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Autumn Adeigbo: Designing Fashion With a Conscience

July 2022

Spelman Alumna and Fashion Designer Autumn Adeigbo

When Autumn Adeigbo, C’2003, was growing up, her wardrobe consisted of the clothes her Nigerian mother made for her. The creations were so special that in the fourth grade, Adeigbo’s classmates voted her “Best Dressed.” That accolade sparked her choice of the career path she would follow to make her mark on the world. “I became inspired to be a fashion designer by watching my mother sew the clothes I wore as a little girl,” said Adeigbo. “I knew then that I wanted to create a fashion lifestyle brand with a unique aesthetic.”

Spelman Alumna Autumn Adeigbo Makes Waves in Fashion IndustryAfter graduating from Spelman with a bachelor’s degree in economics, Adeigbo earned an associate’s degree in fashion design from New York’s Parsons School of Design. She developed her fashion line while working days as a fashion assistant and nights as a hostess at New York City hotspots. In 2009, she released her first collection of seven African-inspired dresses, and in 2016, incorporated her brand. The company’s tagline – Culture, Color, Conscience – says as much about how Adeigbo creates and markets her fashionforward clothing as it does about the clothing itself.

“I want to not only create change for women through our bold, empowering designs, but also through our ethical and sustainable practices,” she said.

“From sourcing to delivery, we embrace sustainable practices by purchasing in limited quantities and producing only what is ordered, which, in turn, minimizes fabric waste, excessive manufacturing and surplus stock.” As a Black female business owner, Adeigbo is committed to positively impacting the lives of women across cultures.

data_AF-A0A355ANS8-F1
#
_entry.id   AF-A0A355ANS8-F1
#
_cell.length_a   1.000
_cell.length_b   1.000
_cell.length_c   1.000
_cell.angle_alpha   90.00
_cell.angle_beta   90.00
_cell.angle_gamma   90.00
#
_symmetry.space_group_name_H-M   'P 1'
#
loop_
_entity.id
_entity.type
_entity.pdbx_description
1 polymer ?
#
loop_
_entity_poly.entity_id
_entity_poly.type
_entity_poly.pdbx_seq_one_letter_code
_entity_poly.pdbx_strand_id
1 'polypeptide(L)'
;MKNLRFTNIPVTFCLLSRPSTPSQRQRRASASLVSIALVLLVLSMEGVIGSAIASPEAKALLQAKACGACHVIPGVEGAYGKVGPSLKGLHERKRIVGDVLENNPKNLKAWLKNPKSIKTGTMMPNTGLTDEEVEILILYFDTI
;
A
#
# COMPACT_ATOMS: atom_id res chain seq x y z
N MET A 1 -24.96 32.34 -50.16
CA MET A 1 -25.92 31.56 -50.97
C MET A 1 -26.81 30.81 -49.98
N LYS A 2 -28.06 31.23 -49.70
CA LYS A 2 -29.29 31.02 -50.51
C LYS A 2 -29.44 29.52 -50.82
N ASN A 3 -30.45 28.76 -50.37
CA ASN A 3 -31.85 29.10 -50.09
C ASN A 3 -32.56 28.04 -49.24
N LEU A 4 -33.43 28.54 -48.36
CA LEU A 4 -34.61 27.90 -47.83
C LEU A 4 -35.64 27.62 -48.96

Her company uses female-owned production facilities in the United States and provides global artisans with meaningful employment and fair wages. She recently launched four fair-trade fashion production pilots in Africa. Adeigbo’s business model has attracted investors who appreciate her ethical and eco-friendly approach to fashion design. Her first investor, Christopher Elliott, executive program director of national accounts for TriStruX, started putting capital into the brand in 2017 and continues to support the company.

“When Autumn shared her vision, I thought, ‘This isn’t just possibly a good investment; this is the right thing to do,’” said Elliott.

“Here was someone with a wonderful idea and a great artistic eye who could inspire people to change the way they look at buying clothing.” Despite the pandemic, Adeigbo’s business has flourished. She saw 250% growth in 2020 and 400% growth in 2021. Her customers include Lizzo, Busy Philipps, Amanda Gorman, Zooey Deschanel and other celebrities.
Over the past two years, the company has attracted $4 million in venture capital funding; started retail partnerships with Nordstrom, Bergdorf Goodman and Neiman Marcus; expanded staff in its New York and Los Angeles offices; and launched footwear and handbag fashion categories.

“My vision is to build the Autumn Adeigbo brand into a household name,” she said. “But aside from my designs, I want to be remembered for the positive impact my business had on the world around me and on inspiring other young women and women of color to strive for their dreams.”

Adrienne S. Harris is an Atlanta-based strategy and communications consultant. 

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